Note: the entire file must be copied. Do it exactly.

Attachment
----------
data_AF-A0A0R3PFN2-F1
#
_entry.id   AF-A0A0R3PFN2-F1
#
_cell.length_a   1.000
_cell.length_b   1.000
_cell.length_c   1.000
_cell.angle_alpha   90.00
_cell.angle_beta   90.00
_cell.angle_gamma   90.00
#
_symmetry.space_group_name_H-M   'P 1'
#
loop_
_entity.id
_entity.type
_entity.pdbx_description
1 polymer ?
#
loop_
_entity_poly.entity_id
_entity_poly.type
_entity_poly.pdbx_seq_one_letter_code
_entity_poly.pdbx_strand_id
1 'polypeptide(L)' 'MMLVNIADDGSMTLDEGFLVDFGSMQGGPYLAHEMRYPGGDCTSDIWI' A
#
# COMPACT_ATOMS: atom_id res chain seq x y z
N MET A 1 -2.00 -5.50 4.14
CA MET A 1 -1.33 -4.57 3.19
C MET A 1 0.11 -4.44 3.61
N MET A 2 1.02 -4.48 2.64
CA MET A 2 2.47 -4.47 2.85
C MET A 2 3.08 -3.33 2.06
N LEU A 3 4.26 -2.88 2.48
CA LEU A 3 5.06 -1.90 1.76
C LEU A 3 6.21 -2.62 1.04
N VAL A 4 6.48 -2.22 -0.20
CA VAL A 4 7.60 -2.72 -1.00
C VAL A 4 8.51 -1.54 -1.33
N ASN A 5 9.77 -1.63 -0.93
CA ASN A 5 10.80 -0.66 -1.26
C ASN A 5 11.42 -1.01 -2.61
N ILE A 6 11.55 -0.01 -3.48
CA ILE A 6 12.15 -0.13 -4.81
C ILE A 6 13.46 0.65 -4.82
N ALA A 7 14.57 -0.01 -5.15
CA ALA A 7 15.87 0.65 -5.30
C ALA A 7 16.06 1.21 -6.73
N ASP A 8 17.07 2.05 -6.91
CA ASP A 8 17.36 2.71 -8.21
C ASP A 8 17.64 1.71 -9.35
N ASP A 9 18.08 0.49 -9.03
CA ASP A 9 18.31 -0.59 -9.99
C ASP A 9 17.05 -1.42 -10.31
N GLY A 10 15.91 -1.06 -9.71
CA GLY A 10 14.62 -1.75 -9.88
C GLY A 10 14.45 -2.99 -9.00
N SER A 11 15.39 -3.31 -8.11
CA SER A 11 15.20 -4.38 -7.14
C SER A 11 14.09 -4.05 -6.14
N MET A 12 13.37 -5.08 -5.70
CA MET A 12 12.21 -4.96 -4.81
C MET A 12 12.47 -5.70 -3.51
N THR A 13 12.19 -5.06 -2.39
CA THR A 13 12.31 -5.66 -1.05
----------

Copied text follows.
data_AF-A0A0R3PFN2-F1
#
_entry.id   AF-A0A0R3PFN2-F1
#
_cell.length_a   1.000
_cell.length_b   1.000
_cell.length_c   1.000
_cell.angle_alpha   90.00
_cell.angle_beta   90.00
_cell.angle_gamma   90.00
#
_symmetry.space_group_name_H-M   'P 1'
#
loop_
_entity.id
_entity.type
_entity.pdbx_description
1 polymer ?
#
loop_
_entity_poly.entity_id
_entity_poly.type
_entity_poly.pdbx_seq_one_letter_code
_entity_poly.pdbx_strand_id
1 'polypeptide(L)' 'MMLVNIADDGSMTLDEGFLVDFGSMQGGPYLAHEMRYPGGDCTSDIWI' A
#
# COMPACT_ATOMS: atom_id res chain seq x y z
N MET A 1 -2.00 -5.50 4.14
CA MET A 1 -1.33 -4.57 3.19
C MET A 1 0.11 -4.44 3.61
N MET A 2 1.02 -4.48 2.64
CA MET A 2 2.47 -4.47 2.85
C MET A 2 3.08 -3.33 2.06
N LEU A 3 4.26 -2.88 2.48
CA LEU A 3 5.06 -1.90 1.76
C LEU A 3 6.21 -2.62 1.04
N VAL A 4 6.48 -2.22 -0.20
CA VAL A 4 7.60 -2.72 -1.00
C VAL A 4 8.51 -1.54 -1.33
N ASN A 5 9.77 -1.63 -0.93
CA ASN A 5 10.80 -0.66 -1.26
C ASN A 5 11.42 -1.01 -2.61
N ILE A 6 11.55 -0.01 -3.48
CA ILE A 6 12.15 -0.13 -4.81
C ILE A 6 13.46 0.65 -4.82
N ALA A 7 14.57 -0.01 -5.15
CA ALA A 7 15.87 0.65 -5.30
C ALA A 7 16.06 1.21 -6.73
N ASP A 8 17.07 2.05 -6.91
CA ASP A 8 17.36 2.71 -8.21
C ASP A 8 17.64 1.71 -9.35
N ASP A 9 18.08 0.49 -9.03
CA ASP A 9 18.31 -0.59 -9.99
C ASP A 9 17.05 -1.42 -10.31
N GLY A 10 15.91 -1.06 -9.71
CA GLY A 10 14.62 -1.75 -9.88
C GLY A 10 14.45 -2.99 -9.00
N SER A 11 15.39 -3.31 -8.11
CA SER A 11 15.20 -4.38 -7.14
C SER A 11 14.09 -4.05 -6.14
N MET A 12 13.37 -5.08 -5.70
CA MET A 12 12.21 -4.96 -4.81
C MET A 12 12.47 -5.70 -3.51
N THR A 13 12.19 -5.06 -2.39
CA THR A 13 12.31 -5.66 -1.05